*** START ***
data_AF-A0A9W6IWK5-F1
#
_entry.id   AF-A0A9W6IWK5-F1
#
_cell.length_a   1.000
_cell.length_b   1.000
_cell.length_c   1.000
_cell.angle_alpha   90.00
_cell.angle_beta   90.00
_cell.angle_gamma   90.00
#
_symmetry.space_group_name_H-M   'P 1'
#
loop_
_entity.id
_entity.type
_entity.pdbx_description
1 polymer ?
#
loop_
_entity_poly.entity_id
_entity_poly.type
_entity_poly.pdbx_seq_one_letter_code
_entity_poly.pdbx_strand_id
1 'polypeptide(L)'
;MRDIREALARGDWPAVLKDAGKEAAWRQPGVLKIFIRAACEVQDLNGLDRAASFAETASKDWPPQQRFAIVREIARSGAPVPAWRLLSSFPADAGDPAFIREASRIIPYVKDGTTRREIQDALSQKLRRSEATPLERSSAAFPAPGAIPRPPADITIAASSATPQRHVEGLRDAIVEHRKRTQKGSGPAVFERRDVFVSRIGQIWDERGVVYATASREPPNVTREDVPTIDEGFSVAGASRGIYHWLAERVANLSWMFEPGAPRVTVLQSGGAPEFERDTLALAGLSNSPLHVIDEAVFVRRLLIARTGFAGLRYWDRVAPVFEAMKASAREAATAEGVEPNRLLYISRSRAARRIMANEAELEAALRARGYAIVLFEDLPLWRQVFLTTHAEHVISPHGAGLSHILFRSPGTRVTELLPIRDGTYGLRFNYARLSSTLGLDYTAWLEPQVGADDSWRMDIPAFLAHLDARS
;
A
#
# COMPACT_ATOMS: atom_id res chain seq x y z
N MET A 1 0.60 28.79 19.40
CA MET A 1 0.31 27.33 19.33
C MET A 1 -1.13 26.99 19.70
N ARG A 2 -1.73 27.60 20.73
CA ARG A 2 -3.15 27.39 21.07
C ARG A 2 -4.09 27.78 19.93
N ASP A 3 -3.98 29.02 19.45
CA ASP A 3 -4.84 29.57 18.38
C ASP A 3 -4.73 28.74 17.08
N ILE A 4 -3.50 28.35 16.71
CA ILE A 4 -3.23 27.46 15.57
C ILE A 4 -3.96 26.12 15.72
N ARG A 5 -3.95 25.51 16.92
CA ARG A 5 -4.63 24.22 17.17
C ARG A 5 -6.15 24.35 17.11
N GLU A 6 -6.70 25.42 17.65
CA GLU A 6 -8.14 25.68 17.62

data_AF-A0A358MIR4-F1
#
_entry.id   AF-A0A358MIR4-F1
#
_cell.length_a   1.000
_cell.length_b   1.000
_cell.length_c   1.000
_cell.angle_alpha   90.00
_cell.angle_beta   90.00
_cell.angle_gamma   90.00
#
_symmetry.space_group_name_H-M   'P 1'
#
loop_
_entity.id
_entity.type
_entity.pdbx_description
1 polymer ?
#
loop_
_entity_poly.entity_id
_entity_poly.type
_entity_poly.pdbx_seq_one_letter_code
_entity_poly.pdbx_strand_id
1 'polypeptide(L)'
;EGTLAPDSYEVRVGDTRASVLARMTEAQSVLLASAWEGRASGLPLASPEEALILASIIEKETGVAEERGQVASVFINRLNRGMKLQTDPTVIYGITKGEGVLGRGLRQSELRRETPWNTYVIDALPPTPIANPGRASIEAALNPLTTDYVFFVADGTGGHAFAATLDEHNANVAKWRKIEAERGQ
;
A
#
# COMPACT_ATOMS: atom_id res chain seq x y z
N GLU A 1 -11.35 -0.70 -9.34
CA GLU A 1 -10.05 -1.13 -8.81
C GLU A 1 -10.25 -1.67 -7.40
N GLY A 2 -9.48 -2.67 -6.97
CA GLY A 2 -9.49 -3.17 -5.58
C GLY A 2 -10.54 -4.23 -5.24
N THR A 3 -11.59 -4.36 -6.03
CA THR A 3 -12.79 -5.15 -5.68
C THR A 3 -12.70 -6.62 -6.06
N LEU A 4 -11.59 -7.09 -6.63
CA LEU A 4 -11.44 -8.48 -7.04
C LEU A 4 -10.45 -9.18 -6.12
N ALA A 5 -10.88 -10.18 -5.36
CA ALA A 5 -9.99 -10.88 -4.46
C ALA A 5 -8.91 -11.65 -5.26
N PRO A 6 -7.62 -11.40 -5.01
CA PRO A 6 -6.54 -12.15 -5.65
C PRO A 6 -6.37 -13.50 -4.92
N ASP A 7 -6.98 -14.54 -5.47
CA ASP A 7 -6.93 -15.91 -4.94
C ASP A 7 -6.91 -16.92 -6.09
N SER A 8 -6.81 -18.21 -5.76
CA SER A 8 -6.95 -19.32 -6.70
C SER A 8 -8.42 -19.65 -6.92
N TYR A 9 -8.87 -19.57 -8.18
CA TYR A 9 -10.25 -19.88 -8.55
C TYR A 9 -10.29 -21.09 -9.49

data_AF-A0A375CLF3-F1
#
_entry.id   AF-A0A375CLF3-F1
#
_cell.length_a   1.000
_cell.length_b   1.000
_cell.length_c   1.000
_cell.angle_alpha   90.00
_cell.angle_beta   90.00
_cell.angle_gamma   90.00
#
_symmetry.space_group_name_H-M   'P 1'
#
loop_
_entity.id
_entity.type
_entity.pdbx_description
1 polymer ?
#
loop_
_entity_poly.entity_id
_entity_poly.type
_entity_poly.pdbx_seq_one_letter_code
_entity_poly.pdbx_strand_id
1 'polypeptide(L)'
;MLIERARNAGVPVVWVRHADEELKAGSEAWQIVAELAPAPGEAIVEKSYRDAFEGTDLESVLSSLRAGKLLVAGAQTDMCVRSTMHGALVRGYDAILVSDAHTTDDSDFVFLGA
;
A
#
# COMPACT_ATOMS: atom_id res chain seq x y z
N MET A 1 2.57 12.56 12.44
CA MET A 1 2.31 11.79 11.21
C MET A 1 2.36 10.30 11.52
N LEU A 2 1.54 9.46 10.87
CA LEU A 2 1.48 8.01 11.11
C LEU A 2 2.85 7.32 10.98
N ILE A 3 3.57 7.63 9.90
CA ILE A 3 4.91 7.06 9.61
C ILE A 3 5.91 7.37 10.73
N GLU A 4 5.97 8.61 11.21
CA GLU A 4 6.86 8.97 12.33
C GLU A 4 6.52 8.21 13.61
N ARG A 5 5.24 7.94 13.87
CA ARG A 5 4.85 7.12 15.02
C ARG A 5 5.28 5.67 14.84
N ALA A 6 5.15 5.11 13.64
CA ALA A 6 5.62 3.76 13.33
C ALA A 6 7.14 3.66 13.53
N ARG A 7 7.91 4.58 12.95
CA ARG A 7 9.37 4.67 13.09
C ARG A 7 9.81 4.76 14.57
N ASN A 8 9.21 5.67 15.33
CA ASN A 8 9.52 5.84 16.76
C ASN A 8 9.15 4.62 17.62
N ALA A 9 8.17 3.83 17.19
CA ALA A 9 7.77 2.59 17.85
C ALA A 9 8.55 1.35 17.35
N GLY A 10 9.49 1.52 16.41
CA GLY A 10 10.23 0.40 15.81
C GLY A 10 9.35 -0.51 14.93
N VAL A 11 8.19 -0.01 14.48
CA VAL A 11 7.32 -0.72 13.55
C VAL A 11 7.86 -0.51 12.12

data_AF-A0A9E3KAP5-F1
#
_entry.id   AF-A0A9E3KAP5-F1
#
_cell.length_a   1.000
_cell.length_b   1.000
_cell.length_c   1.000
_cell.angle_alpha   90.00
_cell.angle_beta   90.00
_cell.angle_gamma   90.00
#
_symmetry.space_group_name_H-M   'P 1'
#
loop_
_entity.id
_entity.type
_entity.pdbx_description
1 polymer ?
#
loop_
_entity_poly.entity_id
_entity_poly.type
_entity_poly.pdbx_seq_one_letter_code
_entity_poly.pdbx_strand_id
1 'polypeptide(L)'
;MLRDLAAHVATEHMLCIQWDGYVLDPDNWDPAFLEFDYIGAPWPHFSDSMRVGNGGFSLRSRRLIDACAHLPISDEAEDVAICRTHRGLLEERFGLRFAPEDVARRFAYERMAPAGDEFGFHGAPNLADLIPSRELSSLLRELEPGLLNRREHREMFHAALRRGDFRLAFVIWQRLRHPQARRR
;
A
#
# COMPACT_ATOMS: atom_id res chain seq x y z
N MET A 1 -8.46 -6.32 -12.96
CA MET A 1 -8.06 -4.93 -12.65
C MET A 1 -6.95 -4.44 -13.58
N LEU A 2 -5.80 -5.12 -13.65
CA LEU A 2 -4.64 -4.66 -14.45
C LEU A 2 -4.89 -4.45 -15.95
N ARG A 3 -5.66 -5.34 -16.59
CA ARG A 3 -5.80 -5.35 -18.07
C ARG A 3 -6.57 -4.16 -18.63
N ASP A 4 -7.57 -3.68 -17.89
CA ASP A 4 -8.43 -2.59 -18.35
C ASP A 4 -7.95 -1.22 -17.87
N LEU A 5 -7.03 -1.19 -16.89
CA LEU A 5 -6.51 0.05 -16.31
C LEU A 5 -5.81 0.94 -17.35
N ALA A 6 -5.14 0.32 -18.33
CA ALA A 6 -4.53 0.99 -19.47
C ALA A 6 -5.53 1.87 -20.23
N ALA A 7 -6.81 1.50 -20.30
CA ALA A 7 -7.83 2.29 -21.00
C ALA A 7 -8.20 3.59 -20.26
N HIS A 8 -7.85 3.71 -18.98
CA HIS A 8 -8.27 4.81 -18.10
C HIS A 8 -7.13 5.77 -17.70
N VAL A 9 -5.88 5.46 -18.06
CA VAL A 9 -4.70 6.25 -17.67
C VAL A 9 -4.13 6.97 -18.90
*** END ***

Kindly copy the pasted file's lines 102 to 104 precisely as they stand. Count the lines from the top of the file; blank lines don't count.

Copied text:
N TYR A 9 -8.87 -19.57 -8.18
CA TYR A 9 -10.25 -19.88 -8.55
C TYR A 9 -10.29 -21.09 -9.49